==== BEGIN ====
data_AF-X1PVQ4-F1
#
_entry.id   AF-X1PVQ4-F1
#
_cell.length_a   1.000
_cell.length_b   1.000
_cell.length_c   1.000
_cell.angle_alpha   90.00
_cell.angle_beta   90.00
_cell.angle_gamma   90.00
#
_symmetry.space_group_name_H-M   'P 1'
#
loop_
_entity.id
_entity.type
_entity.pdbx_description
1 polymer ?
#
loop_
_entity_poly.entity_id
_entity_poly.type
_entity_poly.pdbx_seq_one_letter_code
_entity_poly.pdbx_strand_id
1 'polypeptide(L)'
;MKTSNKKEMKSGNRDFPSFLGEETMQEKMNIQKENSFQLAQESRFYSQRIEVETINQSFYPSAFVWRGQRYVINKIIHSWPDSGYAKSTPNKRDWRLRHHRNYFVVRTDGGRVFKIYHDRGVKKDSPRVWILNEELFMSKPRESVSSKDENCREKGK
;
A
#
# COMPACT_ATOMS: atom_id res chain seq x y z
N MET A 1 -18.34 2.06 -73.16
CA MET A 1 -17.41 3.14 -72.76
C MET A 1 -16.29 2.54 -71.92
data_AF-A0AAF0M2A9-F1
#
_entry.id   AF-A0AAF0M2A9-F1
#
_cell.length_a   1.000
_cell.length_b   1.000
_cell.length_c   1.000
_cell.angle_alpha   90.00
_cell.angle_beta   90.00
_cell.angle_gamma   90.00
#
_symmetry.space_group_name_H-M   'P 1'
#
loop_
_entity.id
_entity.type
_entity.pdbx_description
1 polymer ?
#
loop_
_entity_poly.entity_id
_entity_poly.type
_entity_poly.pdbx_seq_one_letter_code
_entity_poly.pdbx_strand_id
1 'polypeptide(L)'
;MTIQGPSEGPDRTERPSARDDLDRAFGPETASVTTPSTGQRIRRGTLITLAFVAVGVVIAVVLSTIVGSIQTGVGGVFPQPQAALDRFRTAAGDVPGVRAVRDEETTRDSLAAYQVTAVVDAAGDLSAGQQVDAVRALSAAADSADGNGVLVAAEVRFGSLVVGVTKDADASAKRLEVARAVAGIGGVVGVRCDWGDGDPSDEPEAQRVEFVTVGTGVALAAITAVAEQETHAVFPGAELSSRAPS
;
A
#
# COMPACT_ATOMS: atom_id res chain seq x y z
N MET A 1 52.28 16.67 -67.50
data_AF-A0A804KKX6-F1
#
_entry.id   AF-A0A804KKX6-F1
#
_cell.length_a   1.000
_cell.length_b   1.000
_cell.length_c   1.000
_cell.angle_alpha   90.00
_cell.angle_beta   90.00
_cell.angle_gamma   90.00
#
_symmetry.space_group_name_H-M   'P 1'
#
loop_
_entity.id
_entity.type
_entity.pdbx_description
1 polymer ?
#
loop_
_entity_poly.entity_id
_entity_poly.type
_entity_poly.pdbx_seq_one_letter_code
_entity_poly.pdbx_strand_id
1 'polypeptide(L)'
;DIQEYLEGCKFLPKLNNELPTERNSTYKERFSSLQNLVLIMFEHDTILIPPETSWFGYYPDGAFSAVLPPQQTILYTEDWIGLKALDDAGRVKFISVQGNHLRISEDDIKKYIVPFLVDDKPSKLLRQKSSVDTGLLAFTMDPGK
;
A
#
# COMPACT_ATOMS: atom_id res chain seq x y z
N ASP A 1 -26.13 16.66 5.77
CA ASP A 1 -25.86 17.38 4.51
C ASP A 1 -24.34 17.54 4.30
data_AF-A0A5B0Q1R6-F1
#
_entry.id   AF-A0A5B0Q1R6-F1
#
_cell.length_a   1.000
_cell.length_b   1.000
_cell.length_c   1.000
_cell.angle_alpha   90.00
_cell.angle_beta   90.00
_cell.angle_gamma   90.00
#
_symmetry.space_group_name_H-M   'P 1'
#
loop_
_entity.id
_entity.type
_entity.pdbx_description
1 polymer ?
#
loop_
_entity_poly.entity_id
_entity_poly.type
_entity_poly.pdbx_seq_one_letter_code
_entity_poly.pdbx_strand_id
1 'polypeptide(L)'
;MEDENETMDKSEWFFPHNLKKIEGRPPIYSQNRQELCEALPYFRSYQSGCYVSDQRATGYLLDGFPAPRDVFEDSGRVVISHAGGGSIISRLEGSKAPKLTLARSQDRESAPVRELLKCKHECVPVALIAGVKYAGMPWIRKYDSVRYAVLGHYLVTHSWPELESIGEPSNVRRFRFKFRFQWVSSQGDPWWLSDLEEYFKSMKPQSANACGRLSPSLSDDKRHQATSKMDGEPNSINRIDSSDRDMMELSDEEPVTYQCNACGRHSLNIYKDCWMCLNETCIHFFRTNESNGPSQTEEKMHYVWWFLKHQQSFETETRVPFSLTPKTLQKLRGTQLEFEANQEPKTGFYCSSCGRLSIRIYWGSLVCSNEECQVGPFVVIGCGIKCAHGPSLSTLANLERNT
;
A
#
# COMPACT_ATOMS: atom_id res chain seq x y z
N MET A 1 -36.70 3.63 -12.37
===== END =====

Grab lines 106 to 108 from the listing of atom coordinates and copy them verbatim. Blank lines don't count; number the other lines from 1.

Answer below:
_cell.angle_beta   90.00
_cell.angle_gamma   90.00
#